Founder and chairman of FMG Andrew Forrest has called on the public to write to their local MPs and question whether Rio Tinto and BHP Billiton have a licence to operate in Australia.
The surprising attack comes after weeks of jibes from Forrest which have called into question the iron ore strategies being employed by the major miners.
Forrest is blaming Rio and BHP for a fall in the price of iron ore as the pair continue to ramp up production.
The chairman says the miners have made a deliberate play to keep prices down by flooding the market and making statements about the future increases in production.
In an editorial published in the Daily Telegraph today, Forrest claims the public are being “gamed” and has urged Australians to “stand up” and have a go at the miners.
“Write, email or ring your local MP. Be clear in your views. Ask the government to consider the multinationals’ licence to operate in Australia if they don’t market Australian iron ore responsibly for all Australians,” Forrest said.
Forrest warns government funding for everything from education to superannuation is being put at risk and said tomorrow’s budget would be $18 billion worse off on the back of low iron ore prices.
As part of the call-to-arms message, Forrest revealed his own company Fortescue Metals Group had been forced to let go of 100 workers a day due to the depressed iron ore market.
“As the person who founded the company it is heartbreaking, and yet my pain is nothing compared to the suffering of all those people now suddenly in unemployment queues,” Forrest said.
“However what is really galling is that the price has fallen off a cliff not just because of international forces beyond our control but because of the words and actions of companies, particularly London-based multinationals, who mine and export our iron ore.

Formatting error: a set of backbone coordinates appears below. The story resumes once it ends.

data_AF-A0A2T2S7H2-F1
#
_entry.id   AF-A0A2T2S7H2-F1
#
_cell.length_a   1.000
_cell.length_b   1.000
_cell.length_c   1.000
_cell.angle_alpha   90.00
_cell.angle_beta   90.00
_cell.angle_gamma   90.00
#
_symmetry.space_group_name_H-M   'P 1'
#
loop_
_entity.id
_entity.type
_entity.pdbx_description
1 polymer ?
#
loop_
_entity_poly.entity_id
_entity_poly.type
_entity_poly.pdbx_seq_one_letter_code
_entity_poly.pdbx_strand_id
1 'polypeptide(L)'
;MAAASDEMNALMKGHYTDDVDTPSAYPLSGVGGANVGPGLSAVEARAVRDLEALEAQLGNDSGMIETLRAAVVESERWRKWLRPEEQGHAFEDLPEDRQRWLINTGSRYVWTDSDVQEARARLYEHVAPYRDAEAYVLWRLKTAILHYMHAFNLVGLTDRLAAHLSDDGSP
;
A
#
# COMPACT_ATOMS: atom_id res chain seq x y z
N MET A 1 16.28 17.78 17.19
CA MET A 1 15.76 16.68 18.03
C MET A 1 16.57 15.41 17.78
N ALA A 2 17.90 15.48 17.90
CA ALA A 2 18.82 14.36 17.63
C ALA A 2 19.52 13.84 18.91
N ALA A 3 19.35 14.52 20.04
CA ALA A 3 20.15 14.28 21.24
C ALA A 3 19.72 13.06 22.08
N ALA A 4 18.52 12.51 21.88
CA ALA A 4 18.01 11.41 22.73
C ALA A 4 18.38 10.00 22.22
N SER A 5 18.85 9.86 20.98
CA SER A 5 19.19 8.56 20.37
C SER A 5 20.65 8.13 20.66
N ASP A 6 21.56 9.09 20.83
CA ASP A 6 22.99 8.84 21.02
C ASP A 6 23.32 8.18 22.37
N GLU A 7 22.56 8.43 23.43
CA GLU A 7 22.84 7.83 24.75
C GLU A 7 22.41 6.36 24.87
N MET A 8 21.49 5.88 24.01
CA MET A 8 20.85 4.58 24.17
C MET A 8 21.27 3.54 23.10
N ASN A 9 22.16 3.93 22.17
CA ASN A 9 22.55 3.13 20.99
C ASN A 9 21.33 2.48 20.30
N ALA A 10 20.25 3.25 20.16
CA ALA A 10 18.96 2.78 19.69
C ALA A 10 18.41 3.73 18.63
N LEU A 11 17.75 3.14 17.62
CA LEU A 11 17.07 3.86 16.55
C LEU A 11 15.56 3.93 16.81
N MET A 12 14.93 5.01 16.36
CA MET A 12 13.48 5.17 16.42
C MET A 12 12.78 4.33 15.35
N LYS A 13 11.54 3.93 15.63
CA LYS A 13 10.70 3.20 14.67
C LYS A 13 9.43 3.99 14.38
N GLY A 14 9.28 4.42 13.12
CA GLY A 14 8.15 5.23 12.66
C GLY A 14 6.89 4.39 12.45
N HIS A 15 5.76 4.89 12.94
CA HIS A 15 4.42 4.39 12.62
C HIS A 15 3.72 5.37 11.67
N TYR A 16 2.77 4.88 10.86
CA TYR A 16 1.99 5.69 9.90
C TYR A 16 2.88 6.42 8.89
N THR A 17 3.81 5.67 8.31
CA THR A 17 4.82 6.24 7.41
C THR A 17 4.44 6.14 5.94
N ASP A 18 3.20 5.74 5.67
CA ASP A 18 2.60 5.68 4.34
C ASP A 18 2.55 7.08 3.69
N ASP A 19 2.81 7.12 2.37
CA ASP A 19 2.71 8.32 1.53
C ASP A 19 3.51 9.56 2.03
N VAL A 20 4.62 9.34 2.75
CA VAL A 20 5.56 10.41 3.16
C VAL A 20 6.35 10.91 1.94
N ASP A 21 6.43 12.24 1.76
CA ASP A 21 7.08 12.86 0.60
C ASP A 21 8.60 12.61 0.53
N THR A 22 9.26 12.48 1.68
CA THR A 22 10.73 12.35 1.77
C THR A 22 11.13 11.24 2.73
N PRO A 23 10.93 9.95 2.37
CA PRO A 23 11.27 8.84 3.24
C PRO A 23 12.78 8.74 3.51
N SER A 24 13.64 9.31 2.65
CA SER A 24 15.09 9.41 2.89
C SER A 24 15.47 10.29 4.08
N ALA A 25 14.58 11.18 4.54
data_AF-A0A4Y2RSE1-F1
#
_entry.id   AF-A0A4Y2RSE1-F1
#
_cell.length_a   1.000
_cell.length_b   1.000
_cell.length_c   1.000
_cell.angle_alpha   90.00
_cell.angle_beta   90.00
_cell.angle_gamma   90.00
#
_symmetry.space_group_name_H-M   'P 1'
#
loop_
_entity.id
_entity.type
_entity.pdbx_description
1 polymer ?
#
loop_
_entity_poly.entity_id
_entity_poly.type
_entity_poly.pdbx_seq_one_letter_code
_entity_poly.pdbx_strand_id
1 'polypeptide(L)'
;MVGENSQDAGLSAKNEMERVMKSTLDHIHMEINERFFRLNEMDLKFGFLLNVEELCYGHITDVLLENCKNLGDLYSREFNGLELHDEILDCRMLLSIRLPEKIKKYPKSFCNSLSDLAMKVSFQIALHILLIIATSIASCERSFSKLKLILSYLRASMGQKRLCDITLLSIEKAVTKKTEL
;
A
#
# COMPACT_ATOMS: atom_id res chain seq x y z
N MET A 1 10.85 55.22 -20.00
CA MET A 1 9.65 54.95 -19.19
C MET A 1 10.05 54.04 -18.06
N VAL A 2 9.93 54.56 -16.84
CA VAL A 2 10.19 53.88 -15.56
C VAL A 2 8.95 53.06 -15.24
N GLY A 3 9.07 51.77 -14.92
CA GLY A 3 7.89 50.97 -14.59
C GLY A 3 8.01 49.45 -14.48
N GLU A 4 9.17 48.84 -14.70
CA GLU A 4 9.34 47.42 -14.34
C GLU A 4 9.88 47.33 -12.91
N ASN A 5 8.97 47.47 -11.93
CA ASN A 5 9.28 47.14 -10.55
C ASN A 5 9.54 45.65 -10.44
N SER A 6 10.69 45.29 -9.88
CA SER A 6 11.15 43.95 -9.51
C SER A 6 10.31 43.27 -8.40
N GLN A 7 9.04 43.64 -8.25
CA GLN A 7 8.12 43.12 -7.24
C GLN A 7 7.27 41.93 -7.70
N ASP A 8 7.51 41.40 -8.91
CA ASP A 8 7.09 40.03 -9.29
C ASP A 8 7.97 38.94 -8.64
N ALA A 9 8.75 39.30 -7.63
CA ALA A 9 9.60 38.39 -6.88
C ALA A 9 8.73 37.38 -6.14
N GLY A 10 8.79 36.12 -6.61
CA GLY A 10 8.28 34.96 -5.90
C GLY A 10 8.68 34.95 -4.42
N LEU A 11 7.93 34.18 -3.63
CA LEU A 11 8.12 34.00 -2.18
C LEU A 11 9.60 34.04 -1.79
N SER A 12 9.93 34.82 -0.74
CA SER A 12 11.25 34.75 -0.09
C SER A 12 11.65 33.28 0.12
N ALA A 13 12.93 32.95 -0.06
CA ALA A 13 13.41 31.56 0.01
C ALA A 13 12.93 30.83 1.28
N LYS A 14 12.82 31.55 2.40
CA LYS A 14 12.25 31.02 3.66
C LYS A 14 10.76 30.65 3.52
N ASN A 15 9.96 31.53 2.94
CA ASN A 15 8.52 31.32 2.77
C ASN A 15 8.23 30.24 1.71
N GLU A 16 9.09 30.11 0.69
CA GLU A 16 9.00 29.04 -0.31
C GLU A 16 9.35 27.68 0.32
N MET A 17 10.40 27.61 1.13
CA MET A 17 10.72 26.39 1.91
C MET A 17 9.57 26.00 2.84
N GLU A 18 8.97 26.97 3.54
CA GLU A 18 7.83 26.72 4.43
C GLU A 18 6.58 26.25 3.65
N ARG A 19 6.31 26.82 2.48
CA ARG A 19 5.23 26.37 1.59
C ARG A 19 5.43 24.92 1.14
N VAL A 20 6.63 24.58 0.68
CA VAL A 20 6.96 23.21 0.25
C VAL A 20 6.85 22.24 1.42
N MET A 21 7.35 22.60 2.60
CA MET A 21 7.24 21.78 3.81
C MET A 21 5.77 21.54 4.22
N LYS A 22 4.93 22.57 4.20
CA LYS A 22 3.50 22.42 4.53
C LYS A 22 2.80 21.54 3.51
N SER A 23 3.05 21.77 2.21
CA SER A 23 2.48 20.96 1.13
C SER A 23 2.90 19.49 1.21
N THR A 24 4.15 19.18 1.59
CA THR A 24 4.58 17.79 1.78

“Now I believe in free markets, but when CEOs pursue business strategies which flood the market, in a last man standing race to the bottom, we don’t have free markets.”
Forrest cited comments from BHP Billiton Iron Ore CEO Jimmy Wilson that “we’re oversupplying at the moment and we’ll oversupply in the medium term” and Rio Tinto CEO Sam Walsh declaring “a lot of my friendly competitors are going to disappear”.
“These big companies say they must flood the market next year and the year after and the year after even though it will crash the price further. Every time they say this, the price falls again.,” Forrest argued.
“And the losers in this game are you: Your jobs, your superannuation savings, the strength of your share market, and your governments’ ability to invest in schools, hospitals and better roads.
“Australia can be either helped or harmed by decisions made in the boardrooms of the world’s biggest miners. And right now, Australia is being harmed.”
The Minerals Council of Australia says Forrest is playing a “dangerous game” pushing for the Federal Government to direct his competitors on how to run their mining businesses.
“There is no role for government in ‘managing’ the iron ore market,” the council’s CEO Brendan Pearson said.
“A government direction to reduce Australian output would have a damaging impact on the iron ore sector and on Australia’s reputation as a reliable supplier and as a secure investment destination.”
Pearson said Forrest’s view that Australia can effectively set the iron ore price is “simply wrong”.